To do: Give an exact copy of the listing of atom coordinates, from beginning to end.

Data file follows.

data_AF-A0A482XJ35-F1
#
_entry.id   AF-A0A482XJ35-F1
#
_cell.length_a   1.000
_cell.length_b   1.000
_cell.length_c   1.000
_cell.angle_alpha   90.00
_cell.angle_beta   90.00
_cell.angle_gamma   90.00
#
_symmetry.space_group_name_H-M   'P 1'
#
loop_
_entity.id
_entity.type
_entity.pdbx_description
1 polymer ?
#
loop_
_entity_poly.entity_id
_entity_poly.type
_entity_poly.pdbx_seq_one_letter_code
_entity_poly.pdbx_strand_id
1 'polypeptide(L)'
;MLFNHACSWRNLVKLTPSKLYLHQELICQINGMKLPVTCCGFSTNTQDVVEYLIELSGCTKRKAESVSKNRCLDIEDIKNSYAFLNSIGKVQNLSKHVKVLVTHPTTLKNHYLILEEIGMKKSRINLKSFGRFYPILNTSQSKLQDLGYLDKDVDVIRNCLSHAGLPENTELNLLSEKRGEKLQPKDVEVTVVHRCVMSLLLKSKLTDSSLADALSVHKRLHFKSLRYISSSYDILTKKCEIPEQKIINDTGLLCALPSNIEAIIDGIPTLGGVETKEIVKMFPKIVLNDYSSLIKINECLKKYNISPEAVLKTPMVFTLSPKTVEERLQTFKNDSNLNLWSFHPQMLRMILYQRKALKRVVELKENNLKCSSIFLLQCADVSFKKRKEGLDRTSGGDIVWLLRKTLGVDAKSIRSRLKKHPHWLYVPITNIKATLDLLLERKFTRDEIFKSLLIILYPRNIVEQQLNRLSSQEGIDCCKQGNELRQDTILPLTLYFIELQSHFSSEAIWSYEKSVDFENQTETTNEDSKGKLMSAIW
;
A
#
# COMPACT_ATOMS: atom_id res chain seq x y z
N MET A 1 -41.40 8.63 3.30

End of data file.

data_AF-A0A482XJ35-F1
#
_entry.id   AF-A0A482XJ35-F1
#
_cell.length_a   1.000
_cell.length_b   1.000
_cell.length_c   1.000
_cell.angle_alpha   90.00
_cell.angle_beta   90.00
_cell.angle_gamma   90.00
#
_symmetry.space_group_name_H-M   'P 1'
#
loop_
_entity.id
_entity.type
_entity.pdbx_description
1 polymer ?
#
loop_
_entity_poly.entity_id
_entity_poly.type
_entity_poly.pdbx_seq_one_letter_code
_entity_poly.pdbx_strand_id
1 'polypeptide(L)'
;MLFNHACSWRNLVKLTPSKLYLHQELICQINGMKLPVTCCGFSTNTQDVVEYLIELSGCTKRKAESVSKNRCLDIEDIKNSYAFLNSIGKVQNLSKHVKVLVTHPTTLKNHYLILEEIGMKKSRINLKSFGRFYPILNTSQSKLQDLGYLDKDVDVIRNCLSHAGLPENTELNLLSEKRGEKLQPKDVEVTVVHRCVMSLLLKSKLTDSSLADALSVHKRLHFKSLRYISSSYDILTKKCEIPEQKIINDTGLLCALPSNIEAIIDGIPTLGGVETKEIVKMFPKIVLNDYSSLIKINECLKKYNISPEAVLKTPMVFTLSPKTVEERLQTFKNDSNLNLWSFHPQMLRMILYQRKALKRVVELKENNLKCSSIFLLQCADVSFKKRKEGLDRTSGGDIVWLLRKTLGVDAKSIRSRLKKHPHWLYVPITNIKATLDLLLERKFTRDEIFKSLLIILYPRNIVEQQLNRLSSQEGIDCCKQGNELRQDTILPLTLYFIELQSHFSSEAIWSYEKSVDFENQTETTNEDSKGKLMSAIW
;
A
#
# COMPACT_ATOMS: atom_id res chain seq x y z
N MET A 1 -41.40 8.63 3.30